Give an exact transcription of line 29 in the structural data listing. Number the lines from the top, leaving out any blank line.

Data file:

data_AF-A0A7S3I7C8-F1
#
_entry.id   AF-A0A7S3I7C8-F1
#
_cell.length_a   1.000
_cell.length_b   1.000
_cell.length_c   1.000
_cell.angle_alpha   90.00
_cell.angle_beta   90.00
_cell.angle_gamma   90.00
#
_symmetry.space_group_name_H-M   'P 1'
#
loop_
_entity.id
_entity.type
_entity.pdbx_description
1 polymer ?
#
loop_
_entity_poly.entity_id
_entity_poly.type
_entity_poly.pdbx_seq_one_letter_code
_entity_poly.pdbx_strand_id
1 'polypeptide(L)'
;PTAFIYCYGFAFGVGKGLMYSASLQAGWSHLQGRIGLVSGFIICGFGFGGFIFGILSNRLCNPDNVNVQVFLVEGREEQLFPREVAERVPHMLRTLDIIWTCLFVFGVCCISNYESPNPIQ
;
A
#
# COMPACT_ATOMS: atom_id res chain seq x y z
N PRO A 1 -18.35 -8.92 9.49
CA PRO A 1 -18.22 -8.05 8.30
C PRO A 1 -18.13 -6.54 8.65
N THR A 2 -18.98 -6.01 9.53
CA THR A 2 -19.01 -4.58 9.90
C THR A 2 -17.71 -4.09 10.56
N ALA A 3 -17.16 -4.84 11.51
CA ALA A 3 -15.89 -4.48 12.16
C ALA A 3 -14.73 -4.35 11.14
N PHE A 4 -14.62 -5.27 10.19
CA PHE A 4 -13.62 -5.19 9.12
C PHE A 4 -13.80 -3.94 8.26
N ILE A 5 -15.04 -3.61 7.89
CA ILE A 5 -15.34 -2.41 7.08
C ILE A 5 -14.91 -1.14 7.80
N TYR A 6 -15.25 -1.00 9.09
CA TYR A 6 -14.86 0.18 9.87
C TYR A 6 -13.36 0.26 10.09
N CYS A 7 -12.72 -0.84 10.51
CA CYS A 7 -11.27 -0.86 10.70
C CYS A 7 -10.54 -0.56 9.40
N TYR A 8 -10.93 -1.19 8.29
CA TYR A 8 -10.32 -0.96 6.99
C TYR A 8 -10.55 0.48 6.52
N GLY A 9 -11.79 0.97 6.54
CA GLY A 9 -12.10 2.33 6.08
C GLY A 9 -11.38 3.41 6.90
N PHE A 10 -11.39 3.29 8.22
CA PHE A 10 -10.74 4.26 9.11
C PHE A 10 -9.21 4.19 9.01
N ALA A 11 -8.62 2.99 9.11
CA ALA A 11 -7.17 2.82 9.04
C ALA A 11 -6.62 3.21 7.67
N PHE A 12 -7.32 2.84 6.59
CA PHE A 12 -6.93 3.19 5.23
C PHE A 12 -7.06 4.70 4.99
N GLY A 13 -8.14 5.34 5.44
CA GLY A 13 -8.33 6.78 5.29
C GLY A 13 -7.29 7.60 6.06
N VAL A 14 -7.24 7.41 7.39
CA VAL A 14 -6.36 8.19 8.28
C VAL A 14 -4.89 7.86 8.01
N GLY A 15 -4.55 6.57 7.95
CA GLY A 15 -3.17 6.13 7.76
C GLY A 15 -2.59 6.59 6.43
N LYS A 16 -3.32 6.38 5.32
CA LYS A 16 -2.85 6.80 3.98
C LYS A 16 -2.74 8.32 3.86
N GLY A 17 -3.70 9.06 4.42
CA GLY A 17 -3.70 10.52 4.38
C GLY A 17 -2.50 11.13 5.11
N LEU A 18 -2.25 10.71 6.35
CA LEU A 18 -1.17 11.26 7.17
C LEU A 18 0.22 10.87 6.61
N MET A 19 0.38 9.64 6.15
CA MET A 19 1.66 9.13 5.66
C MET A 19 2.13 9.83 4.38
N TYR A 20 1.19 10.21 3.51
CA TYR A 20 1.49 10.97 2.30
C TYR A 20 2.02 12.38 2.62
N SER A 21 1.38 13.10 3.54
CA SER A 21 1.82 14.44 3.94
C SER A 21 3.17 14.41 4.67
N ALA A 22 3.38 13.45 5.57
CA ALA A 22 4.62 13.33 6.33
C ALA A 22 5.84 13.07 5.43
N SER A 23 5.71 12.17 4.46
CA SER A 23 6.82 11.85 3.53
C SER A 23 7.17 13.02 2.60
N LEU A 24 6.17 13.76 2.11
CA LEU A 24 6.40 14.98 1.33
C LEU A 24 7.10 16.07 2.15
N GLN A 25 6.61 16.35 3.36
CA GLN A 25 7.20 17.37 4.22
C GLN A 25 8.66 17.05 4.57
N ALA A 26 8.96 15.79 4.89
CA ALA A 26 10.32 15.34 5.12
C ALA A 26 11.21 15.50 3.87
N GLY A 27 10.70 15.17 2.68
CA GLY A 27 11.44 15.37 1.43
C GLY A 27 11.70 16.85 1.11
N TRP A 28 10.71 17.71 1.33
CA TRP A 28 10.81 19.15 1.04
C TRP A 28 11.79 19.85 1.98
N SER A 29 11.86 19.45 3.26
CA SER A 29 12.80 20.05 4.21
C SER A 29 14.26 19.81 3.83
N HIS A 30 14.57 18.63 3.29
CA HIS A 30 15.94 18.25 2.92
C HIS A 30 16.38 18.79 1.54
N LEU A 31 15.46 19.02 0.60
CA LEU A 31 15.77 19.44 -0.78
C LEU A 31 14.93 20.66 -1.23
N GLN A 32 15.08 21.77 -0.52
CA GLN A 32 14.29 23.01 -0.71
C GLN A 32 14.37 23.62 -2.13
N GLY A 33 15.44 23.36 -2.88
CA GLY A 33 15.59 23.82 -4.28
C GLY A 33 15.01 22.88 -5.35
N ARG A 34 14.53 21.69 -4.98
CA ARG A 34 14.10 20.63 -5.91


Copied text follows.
#